In Britain, a plan to reforest land scarred by derelict mine pits, quarries, coal workings, and other industrial wreckage has been successful for both the local environment and for human communities. More than 8.5 million native trees have been planted amidst 500 abandoned industrial sites in the past 25 years, and hundreds of miles of footpaths have been created. The towns in the area, after a period of losing jobs and people, are starting to grow again and create tourist- and wood-based jobs. The forest has also attracted £1bn of inward investment. The water, air, and soil that was polluted by heavy industry is cleaner, and the vegetation helps retain water and conserve the soil.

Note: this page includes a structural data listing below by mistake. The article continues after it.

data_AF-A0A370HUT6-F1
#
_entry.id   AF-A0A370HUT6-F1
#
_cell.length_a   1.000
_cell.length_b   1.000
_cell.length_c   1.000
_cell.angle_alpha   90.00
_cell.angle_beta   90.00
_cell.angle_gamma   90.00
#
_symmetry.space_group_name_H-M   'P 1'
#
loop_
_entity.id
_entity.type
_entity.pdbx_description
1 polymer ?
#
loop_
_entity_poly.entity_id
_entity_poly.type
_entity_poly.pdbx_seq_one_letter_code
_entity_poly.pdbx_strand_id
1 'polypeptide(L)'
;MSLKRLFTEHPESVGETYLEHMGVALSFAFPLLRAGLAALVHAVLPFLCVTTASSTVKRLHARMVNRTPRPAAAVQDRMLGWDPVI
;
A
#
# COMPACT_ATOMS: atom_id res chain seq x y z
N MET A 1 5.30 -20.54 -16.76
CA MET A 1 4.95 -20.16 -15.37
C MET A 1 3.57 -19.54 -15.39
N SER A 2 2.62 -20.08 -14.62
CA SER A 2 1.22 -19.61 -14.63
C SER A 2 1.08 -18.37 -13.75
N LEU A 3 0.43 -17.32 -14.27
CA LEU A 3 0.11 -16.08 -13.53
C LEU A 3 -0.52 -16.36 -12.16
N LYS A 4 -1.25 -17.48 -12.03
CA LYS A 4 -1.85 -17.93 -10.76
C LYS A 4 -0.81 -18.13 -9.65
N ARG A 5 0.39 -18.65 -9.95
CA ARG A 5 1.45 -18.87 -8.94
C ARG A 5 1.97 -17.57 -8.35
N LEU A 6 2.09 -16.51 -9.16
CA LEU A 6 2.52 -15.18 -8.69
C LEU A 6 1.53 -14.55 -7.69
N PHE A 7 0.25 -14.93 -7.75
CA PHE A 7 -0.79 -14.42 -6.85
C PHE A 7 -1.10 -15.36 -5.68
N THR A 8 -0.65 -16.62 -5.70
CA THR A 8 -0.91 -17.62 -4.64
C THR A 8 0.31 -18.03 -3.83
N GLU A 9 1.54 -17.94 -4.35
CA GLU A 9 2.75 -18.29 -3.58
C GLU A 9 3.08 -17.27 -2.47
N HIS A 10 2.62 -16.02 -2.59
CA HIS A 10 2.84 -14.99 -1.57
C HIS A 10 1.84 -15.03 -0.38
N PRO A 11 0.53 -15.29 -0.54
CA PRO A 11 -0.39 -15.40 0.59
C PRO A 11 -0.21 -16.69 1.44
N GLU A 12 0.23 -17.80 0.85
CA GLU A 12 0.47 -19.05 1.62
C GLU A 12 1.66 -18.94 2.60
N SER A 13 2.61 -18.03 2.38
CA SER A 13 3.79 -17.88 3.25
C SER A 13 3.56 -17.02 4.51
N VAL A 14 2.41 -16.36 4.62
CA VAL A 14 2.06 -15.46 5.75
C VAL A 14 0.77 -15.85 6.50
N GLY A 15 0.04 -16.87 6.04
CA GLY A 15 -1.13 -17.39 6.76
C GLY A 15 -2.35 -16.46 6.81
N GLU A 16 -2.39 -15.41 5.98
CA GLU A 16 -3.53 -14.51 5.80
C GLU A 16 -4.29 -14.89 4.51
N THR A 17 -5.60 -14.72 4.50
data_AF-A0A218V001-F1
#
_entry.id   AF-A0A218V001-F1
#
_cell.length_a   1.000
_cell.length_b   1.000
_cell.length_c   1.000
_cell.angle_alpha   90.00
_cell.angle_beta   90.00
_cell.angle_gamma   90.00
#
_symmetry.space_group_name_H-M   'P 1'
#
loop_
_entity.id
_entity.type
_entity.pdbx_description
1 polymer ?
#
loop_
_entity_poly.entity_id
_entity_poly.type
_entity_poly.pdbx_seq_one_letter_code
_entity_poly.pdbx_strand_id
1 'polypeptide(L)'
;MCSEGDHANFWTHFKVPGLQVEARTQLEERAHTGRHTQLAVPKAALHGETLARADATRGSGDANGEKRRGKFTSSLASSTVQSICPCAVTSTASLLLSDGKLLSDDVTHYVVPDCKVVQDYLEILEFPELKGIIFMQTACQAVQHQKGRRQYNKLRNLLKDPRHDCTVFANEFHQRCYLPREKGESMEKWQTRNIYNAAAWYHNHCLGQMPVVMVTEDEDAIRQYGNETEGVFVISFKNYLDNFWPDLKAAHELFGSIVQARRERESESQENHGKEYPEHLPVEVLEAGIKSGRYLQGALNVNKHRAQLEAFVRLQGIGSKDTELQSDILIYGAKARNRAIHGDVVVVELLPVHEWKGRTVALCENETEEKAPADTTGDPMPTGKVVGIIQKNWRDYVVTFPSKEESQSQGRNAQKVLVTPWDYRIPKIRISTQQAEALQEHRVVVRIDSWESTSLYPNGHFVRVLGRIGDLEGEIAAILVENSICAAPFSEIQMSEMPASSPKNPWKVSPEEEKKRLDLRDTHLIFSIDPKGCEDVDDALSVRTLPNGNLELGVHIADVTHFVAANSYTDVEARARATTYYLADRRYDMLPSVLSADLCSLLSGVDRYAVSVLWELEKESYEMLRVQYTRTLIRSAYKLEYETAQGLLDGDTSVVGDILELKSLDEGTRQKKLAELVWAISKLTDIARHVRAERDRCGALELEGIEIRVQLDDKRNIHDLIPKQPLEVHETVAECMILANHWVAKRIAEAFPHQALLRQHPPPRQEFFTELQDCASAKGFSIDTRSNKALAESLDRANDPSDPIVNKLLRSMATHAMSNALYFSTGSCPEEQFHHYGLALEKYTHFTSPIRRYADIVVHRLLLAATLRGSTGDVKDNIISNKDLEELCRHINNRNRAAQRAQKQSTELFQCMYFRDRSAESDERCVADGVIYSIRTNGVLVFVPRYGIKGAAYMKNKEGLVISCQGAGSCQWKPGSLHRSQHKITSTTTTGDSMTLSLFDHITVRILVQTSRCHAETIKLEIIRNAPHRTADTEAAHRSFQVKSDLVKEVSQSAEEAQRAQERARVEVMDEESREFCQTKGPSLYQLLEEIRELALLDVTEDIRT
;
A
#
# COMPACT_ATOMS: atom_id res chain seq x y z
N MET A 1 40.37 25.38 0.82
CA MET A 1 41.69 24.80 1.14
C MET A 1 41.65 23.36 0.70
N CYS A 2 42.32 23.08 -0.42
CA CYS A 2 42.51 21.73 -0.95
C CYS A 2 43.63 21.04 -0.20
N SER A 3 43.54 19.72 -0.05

Climate Protection: Sequesters CO2
Resilience: Reduces water runoff
Food & Water: Cleans the water
Jobs & Assets: Creates jobs; attracts investment
Health, Well-Being, & Safety: Cleans the air and soil; encourages exercise
Connection: Creates outdoor public spaces for recreation
This post is part of a series on examples of multisolving, or climate-smart policies that simultaneously work to mitigate climate change while providing co-benefits such as the ones described above. The multiple benefits analysis was done using the FLOWER framework.